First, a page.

Portland State Magazine Fall 2022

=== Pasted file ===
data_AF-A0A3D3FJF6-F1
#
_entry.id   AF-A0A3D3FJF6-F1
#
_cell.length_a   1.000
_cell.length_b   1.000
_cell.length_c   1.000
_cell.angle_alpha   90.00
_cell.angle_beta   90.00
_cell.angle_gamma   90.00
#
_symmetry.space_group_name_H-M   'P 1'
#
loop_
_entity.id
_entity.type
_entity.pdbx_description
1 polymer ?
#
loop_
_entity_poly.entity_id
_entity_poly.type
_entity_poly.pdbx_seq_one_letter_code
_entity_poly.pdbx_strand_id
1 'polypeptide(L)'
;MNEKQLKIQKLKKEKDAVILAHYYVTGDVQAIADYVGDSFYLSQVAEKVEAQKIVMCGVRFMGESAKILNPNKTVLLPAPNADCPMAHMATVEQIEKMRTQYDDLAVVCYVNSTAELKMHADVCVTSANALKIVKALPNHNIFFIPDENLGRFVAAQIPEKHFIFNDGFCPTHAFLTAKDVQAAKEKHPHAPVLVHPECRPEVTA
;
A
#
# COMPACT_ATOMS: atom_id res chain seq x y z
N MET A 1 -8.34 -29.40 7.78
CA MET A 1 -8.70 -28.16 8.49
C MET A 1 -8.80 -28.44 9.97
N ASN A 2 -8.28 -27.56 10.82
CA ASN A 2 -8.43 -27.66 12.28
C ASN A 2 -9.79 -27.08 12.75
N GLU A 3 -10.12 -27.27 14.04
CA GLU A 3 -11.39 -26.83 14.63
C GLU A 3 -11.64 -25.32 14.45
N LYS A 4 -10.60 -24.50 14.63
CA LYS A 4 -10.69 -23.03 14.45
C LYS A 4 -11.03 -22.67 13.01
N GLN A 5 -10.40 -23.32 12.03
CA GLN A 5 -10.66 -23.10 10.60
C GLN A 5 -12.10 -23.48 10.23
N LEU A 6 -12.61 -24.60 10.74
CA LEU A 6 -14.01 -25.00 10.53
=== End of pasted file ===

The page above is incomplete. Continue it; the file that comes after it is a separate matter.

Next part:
ON FAMILIAR TURF Q&A with new PSU Athletics Director John Johnson JOHN JOHNSON took the helm of the Portland State Athletics Department on May 1. But as a graduate of Eastern Washington with a master’s degree in business administration, Johnson’s no stranger to the area. His experience in collegiate athletic administration stretches back to 1985 and includes 11 years as an athletics director in the Big Sky Conference. He spent time at Eastern Washington, Weber State, and Washington State. Most recently, he served as the senior deputy athletics director at the University of Nebraska. Portland State Magazine recently caught up with Johnson to discuss the new role, the ever-present pressure to bring in new revenue, and his plans to get more PSU fans in the seats. Questions and responses have been edited for clarity and brevity. What attracted you to PSU? Our roots run pretty deep in the Northwest and, in particular, the Big Sky Conference. So this is home for us. I spent a lot of time in Portland when I was in the Pac-12 conference. I worked at Washington State for former Athletics Director Jim Sterk, who was here at Portland State as well. So you know, it’s really comfortable. It’s funny how you’re away for three or four years, and you come back, and it just feels like home. I feel lucky and privileged and honored to have the opportunity to serve Portland State, and hopefully, I can help make it better. Your experience at Washington State included overseeing the Cougar Athletic Fund. What did the role teach you about revenue generation in college athletics, and what might you apply from that to PSU? When you’re in athletics and an athletics director, revenue generation is on your mind when you wake up in the morning and go to bed—and sometimes, quite frankly, in the middle of the night. New revenue comes from new ideas. It comes from initiatives that help people say, “I want to be part of that.” You need to tell the story. You also need to fundamentally be sound in your fundraising principles. And I’m using “fundraising” in very specific terms, but also raising funds in general terms with ticket sponsorship, etc. Not unlike being in a sport, you need to do well on the fundamentals or you won’t win any games—everything from how we answer the phone, how we treat our opponents, how we do business, how we integrate on campus, and then how we fundamentally put together a strategic plan from a fundraising standpoint. So, you know, it’s doing the little things. Everyone’s important; everyone helps us win games. We’re always fundraising in a variety of ways to support our scholarships. So all that’s part of it. athletics SO-MIN KANG 18 // PORTLAND STATE MAGAZINE